In an internal audit of the Interior Department's Washington, D.C., headquarters conducted in late January, the audit team identified violations of fire safety, electrical and toxic waste regulations of both the federal government and the District of Columbia. Violations ranged from ungrounded electrical equipment in wet areas to flammable liquids being kept in improperly stored plastic containers.
While Bourgeois asserted that such violations are being corrected, he added that the Interior Department's headquarters complex is more than 65 years old and that some improvements will take time.
“This historic Interior headquarters location was constructed in the late 1930s and, as such, its major systems – electrical, HVAC and fire egress systems – are not up to current code,” Bourgeois explained. “As a result, we have this major effort to modernize the building and to improve these systems and the health and safety conditions related to the building as a result of those overall improvements.”
According to Bourgeois, the modernization effort is “a little bit less than halfway done,” with two out of the six wings completed.
Bourgeois acknowledged that challenges exist when modernizing a building with occupants, but he claimed that the Interior Department has been mitigating health and safety hazards by performing ongoing testing for asbestos and other airborne particulates. He also asserted that OSHA, the National Institute for Occupational Safety and Health (NIOSH) and EPA have been called in to perform independent reviews of health and safety conditions and the Interior Department “has worked diligently to implement their recommendations.”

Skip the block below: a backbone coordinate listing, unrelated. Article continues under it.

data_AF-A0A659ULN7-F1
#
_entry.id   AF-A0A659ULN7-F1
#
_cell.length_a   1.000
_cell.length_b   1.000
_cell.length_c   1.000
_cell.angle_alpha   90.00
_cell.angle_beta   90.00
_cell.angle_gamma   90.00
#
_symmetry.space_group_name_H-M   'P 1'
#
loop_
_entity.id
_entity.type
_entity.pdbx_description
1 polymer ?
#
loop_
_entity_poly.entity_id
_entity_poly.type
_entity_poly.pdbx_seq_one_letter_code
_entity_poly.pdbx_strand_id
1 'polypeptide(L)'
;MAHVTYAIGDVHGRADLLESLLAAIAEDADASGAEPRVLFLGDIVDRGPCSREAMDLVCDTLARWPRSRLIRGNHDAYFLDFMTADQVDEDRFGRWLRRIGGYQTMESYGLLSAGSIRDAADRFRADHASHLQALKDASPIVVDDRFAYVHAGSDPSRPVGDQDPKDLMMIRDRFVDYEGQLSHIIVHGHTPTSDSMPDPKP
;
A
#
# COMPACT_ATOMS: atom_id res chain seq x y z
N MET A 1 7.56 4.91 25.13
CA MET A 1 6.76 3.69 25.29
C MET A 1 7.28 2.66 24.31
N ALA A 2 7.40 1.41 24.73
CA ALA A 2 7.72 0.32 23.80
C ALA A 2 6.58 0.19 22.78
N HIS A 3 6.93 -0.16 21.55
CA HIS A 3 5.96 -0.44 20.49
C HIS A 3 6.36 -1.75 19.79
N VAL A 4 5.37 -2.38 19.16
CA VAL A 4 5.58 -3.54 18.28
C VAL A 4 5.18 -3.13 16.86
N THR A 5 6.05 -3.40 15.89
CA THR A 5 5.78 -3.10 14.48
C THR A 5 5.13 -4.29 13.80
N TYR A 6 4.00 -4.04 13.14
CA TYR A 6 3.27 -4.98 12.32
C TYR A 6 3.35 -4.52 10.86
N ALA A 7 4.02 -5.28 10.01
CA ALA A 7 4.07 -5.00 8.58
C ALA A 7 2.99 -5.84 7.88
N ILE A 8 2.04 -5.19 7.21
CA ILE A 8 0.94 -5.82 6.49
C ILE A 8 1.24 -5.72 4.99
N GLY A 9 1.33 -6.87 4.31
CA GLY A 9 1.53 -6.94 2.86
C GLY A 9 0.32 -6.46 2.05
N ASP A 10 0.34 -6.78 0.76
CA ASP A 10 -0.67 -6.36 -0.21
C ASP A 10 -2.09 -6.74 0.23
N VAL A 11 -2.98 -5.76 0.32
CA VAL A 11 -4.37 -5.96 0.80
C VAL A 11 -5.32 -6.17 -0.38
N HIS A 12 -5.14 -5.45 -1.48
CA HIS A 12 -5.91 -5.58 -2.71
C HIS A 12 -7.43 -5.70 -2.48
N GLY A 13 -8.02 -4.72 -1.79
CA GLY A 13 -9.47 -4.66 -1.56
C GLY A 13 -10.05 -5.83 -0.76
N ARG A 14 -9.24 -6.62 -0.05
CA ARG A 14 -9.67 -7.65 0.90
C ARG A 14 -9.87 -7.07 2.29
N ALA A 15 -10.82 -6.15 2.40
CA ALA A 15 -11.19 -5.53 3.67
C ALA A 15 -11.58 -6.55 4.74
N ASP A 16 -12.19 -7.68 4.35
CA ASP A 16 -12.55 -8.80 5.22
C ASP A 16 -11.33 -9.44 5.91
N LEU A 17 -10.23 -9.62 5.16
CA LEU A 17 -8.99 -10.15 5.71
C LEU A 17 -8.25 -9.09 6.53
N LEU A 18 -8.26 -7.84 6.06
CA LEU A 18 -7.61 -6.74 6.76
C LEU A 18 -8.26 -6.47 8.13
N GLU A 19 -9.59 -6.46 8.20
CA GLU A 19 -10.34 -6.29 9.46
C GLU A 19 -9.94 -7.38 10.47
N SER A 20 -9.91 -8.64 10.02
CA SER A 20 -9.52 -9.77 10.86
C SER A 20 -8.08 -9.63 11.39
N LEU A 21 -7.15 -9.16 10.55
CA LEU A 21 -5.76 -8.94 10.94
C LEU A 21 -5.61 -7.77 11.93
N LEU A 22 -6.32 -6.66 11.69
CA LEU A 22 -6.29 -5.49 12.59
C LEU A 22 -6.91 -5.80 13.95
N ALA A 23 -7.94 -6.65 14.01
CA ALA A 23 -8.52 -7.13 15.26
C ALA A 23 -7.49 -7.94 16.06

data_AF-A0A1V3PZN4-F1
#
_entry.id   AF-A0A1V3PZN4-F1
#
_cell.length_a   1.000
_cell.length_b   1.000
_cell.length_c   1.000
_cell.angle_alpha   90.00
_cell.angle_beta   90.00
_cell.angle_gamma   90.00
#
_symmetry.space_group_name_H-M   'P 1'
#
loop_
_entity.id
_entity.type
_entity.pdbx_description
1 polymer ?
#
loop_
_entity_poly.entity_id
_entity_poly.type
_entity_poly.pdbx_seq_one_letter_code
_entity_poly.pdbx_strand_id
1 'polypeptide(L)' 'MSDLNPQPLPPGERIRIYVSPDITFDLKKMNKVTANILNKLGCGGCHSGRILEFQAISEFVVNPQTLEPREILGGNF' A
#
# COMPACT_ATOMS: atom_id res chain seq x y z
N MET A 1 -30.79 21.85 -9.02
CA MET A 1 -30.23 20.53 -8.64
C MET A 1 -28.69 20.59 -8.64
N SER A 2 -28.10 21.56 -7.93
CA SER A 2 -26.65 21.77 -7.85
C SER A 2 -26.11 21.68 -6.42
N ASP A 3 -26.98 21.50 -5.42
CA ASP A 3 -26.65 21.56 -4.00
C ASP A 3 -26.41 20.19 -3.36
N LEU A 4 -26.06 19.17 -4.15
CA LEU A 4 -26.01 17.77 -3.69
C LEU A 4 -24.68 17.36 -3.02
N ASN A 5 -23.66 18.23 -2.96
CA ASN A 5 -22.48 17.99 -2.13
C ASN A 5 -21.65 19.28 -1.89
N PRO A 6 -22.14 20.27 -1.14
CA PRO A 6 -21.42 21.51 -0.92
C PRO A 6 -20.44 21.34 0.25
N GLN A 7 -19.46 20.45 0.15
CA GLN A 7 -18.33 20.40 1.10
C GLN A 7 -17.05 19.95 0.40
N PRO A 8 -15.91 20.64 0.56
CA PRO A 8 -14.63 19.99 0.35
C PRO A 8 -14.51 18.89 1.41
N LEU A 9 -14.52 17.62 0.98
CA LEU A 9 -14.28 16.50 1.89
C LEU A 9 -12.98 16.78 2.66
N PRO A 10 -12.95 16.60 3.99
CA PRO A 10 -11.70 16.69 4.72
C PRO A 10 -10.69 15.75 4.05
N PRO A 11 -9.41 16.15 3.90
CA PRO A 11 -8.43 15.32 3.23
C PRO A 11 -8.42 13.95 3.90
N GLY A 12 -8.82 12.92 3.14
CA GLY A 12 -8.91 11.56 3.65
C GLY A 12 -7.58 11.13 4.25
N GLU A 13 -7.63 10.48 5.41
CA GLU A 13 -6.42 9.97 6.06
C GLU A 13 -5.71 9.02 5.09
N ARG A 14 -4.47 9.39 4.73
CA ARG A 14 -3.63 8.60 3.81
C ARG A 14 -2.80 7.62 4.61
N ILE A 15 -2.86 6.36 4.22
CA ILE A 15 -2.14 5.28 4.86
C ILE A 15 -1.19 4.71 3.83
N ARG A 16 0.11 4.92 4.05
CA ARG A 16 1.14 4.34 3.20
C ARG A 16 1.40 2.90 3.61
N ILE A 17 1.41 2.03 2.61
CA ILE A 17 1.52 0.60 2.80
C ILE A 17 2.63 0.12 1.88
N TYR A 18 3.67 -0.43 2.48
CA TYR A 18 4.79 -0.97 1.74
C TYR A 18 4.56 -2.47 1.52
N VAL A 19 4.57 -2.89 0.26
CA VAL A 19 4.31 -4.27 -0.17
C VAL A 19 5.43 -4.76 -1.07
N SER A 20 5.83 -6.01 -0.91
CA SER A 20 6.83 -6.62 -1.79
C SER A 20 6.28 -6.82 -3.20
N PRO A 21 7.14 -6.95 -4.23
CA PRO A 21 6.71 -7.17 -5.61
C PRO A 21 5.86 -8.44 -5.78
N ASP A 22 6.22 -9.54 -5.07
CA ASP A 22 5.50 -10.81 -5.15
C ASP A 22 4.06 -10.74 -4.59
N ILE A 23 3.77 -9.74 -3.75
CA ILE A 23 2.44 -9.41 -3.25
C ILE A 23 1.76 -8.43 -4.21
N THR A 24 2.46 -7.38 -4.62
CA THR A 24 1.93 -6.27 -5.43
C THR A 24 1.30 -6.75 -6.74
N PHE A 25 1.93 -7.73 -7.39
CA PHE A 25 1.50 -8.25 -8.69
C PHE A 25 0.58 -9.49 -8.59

Bourgeois: Interior Department Takes Safety Seriously
In reference to OSHA's letter, Bourgeois noted that many of problems already have been remedied or are in the process of being remedied. He also said that the agency misquoted the audit regarding the co-storage of hazardous materials such as gasoline, PVC cement and zinc coating.
“Because those are hazardous materials, we put a contract in place with a HAZMAT contractor to remove those materials from building,” Bourgeois said. “The contractor started the work last weekend, separated those materials out, packaged them appropriately, staged them and began removal of materials last night to be carried out the remainder of this week.”
Bourgeois emphasized that the Interior Department takes the health and safety of its employees seriously and has assembled a team to help address any remaining safety and health concerns.
“By addressing the issues that we have that have been identified,the building is evidently safer and we are continuing to work on a daily basis to make sure that our folks here are safe,” Bourgeois said.